Robo McDuff

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I saw Kenny busy with it at the 2014 GA Rally. After having to wait for a second person and then using 4 foot pipes as extra, and breaking tools, still without getting bolts free, I decided I needed one. But ... too expensive here: $ 870. Then I went to a tool day from one shop and the had several event sales. Could have spent an easy 2-month salary (Czech level) there on the sales. The M18 was going for $ 520 including case, two batteries and loader and some other things thrown in.

The bumper bolts left had taken me about 90 minutes to get free, after which I quit and went to the sale. With the M18, it took about 3 minutes. This one is stronger than most heavy air wrenches especially with the breakout power. My blacksmith son declared I was crazy, then borrowed the thing to bolt the new roof into his 60x24 feet workshop.
 

Ajax MD

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Ok, I'm in a bind and seek the wisdom of the Big Truck People.

I'm prepping to do the driver's side of the steering axle. I figured I'd start by breaking the lug nuts loose and remove the tire tomorrow, after tonight's rain.

I have ONE lug nut that absolutely will not let go. I've tried:

- 40" breaker bar and standard chrome socket. I weigh 240 and it just laughed at me.
- 5 foot breaker bar with the military geared lug wrench (of course, the geared part doesn't apply when using it on the front) I actually bent the solid bar that the tool comes with
- heat with a oxygen/mapp gas torch
- vibration with hammer

I did something potentially dangerous. I put the 40" breaker bar and socket on the nut and then put my 20 ton jack under it and cranked it up.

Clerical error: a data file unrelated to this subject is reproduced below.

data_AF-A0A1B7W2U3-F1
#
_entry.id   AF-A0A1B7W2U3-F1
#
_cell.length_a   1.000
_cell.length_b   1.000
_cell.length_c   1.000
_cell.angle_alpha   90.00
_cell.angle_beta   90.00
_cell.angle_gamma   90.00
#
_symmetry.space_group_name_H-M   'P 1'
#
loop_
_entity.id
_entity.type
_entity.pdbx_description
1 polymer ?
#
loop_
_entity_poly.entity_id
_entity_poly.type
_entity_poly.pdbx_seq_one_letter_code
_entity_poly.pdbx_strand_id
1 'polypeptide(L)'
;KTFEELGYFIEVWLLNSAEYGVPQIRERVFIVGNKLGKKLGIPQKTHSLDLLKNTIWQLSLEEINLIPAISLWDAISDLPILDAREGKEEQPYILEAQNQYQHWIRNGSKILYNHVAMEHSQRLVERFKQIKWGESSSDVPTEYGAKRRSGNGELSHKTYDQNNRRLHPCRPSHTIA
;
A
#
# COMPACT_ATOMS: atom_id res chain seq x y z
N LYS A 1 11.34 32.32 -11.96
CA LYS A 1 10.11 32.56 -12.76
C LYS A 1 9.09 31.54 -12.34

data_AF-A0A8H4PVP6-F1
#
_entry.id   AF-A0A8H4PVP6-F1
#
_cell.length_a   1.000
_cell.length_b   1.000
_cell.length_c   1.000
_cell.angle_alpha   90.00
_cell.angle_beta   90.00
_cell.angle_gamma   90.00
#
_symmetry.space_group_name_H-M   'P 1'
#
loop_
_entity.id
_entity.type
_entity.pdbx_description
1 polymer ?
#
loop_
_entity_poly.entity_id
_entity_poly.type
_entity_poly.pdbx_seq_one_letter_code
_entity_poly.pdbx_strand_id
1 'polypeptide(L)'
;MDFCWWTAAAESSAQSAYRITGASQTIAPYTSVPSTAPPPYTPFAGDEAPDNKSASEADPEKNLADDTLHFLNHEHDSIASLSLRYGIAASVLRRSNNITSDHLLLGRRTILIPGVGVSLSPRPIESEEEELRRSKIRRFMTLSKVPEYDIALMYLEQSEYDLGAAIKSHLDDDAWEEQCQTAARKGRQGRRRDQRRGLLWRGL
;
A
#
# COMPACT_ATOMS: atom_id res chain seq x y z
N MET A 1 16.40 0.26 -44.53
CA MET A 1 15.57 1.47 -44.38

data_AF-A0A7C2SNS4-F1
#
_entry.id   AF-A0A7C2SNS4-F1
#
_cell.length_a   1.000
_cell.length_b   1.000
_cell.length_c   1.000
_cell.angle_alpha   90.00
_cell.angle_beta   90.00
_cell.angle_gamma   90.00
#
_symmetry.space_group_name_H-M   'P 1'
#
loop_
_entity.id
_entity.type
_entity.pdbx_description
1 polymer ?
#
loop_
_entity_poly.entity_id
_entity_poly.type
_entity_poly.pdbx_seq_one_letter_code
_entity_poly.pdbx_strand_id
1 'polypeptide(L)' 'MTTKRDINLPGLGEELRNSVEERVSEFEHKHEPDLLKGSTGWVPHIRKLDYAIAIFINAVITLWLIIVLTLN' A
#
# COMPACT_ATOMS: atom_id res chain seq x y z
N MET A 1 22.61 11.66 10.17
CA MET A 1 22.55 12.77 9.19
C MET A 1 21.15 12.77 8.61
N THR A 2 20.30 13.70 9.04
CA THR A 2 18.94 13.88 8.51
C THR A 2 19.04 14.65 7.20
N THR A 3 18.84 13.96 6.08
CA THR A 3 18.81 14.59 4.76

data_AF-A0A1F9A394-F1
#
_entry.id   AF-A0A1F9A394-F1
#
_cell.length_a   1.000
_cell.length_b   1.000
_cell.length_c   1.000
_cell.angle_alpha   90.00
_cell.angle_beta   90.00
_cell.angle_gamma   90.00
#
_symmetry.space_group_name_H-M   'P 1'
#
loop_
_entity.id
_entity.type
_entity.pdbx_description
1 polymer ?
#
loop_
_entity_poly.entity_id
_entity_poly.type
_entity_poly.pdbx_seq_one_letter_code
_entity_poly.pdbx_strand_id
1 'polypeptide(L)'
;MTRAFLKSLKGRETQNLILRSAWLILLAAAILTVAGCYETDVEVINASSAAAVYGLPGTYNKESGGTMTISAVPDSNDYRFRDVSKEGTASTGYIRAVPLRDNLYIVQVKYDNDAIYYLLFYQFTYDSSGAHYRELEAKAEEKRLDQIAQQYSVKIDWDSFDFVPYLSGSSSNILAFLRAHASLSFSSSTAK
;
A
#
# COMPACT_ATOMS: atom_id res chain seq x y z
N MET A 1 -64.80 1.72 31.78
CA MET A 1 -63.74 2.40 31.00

I stopped because I had visions of the apocalypse in my head... socket shattering, fragments blowing the tire, the breaker bar snapping, blowing up the tire, the lock ring blowing off the rim.

At present, I do NOT have a 1 1/2" impact socket but I also don't have an impact gun strong enough to get this nut free even if I did have the impact socket. No store has one in stock, I'd have to order it.

Give me some fresh, safe ideas, please.
 

Robo McDuff

In memorial Ron - 73M819
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When getting the bolts from the bumper free, we had two people, hardened power sockets and connectors, and a 6 foot and thick steel tube on it, one person making sure the wrench stayed in place and hammering on it, while the other was hanging on the tube. Still was a problem, and caused some minor injuries. That's when I decided I really needed that M18 impact wrench.

The first time the wheel nuts were released I had a truck tire repair company do it with very big and high power air hammers.

Some bolts even the M18 Impact Wrench has problems, and I already split two of the hardened special sockets, but in the end the bolts came free.

Maybe stupid remark, but did you check which direction the nuts move? I think the driver side nuts are counter normal direction.

Also, put lots of WD40 on it and let it sit 24 hours. Maybe even go back a few times, hit the nut, heat it (not too hard, just to shake the WD 40 in) and put next WD 40 on it.

Also try to tighten it and free it and etc etc; with the impact wrench it works. Even a weaker air gun might do the trick that way.